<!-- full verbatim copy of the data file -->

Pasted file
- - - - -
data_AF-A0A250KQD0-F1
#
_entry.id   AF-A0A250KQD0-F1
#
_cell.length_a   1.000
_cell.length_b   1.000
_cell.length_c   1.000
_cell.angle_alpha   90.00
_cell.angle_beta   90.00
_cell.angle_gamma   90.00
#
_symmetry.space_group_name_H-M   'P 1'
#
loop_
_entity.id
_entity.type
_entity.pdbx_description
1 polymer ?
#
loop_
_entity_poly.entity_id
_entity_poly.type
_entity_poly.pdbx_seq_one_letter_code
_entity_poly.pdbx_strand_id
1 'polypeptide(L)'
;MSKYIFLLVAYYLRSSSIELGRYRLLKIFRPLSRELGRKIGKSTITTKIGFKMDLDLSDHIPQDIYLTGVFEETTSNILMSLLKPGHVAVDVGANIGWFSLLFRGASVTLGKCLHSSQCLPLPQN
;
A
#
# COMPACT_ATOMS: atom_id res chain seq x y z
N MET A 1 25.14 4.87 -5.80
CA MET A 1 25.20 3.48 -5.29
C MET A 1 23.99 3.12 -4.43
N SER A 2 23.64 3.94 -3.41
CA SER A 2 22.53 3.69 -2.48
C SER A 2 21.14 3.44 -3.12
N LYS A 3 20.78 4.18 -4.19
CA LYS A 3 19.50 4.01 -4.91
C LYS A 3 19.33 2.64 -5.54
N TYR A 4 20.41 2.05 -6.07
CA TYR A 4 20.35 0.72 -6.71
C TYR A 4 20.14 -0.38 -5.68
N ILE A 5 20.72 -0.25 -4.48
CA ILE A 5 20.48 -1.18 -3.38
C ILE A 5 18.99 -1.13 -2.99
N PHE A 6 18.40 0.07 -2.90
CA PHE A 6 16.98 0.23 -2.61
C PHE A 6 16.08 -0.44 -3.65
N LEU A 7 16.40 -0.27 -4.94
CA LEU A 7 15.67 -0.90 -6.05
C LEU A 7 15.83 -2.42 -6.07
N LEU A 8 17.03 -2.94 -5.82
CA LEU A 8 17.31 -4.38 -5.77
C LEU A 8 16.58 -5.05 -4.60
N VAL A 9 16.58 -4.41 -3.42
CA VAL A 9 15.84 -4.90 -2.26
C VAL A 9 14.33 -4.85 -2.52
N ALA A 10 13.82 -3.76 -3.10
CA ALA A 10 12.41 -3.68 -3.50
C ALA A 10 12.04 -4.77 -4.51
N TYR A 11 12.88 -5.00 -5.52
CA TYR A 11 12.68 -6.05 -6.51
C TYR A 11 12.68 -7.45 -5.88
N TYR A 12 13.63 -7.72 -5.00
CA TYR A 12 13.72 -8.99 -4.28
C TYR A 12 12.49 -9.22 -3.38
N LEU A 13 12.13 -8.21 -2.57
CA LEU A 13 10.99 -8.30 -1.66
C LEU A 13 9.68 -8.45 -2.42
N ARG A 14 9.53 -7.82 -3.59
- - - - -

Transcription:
data_AF-A0A250KQD0-F1
#
_entry.id   AF-A0A250KQD0-F1
#
_cell.length_a   1.000
_cell.length_b   1.000
_cell.length_c   1.000
_cell.angle_alpha   90.00
_cell.angle_beta   90.00
_cell.angle_gamma   90.00
#
_symmetry.space_group_name_H-M   'P 1'
#
loop_
_entity.id
_entity.type
_entity.pdbx_description
1 polymer ?
#
loop_
_entity_poly.entity_id
_entity_poly.type
_entity_poly.pdbx_seq_one_letter_code
_entity_poly.pdbx_strand_id
1 'polypeptide(L)'
;MSKYIFLLVAYYLRSSSIELGRYRLLKIFRPLSRELGRKIGKSTITTKIGFKMDLDLSDHIPQDIYLTGVFEETTSNILMSLLKPGHVAVDVGANIGWFSLLFRGASVTLGKCLHSSQCLPLPQN
;
A
#
# COMPACT_ATOMS: atom_id res chain seq x y z
N MET A 1 25.14 4.87 -5.80
CA MET A 1 25.20 3.48 -5.29
C MET A 1 23.99 3.12 -4.43
N SER A 2 23.64 3.94 -3.41
CA SER A 2 22.53 3.69 -2.48
C SER A 2 21.14 3.44 -3.12
N LYS A 3 20.78 4.18 -4.19
CA LYS A 3 19.50 4.01 -4.91
C LYS A 3 19.33 2.64 -5.54
N TYR A 4 20.41 2.05 -6.07
CA TYR A 4 20.35 0.72 -6.71
C TYR A 4 20.14 -0.38 -5.68
N ILE A 5 20.72 -0.25 -4.48
CA ILE A 5 20.48 -1.18 -3.38
C ILE A 5 18.99 -1.13 -2.99
N PHE A 6 18.40 0.07 -2.90
CA PHE A 6 16.98 0.23 -2.61
C PHE A 6 16.08 -0.44 -3.65
N LEU A 7 16.40 -0.27 -4.94
CA LEU A 7 15.67 -0.90 -6.05
C LEU A 7 15.83 -2.42 -6.07
N LEU A 8 17.03 -2.94 -5.82
CA LEU A 8 17.31 -4.38 -5.77
C LEU A 8 16.58 -5.05 -4.60
N VAL A 9 16.58 -4.41 -3.42
CA VAL A 9 15.84 -4.90 -2.26
C VAL A 9 14.33 -4.85 -2.52
N ALA A 10 13.82 -3.76 -3.10
CA ALA A 10 12.41 -3.68 -3.50
C ALA A 10 12.04 -4.77 -4.51
N TYR A 11 12.88 -5.00 -5.52
CA TYR A 11 12.68 -6.05 -6.51
C TYR A 11 12.68 -7.45 -5.88
N TYR A 12 13.63 -7.72 -5.00
CA TYR A 12 13.72 -8.99 -4.28
C TYR A 12 12.49 -9.22 -3.38
N LEU A 13 12.13 -8.21 -2.57
CA LEU A 13 10.99 -8.30 -1.66
C LEU A 13 9.68 -8.45 -2.42
N ARG A 14 9.53 -7.82 -3.59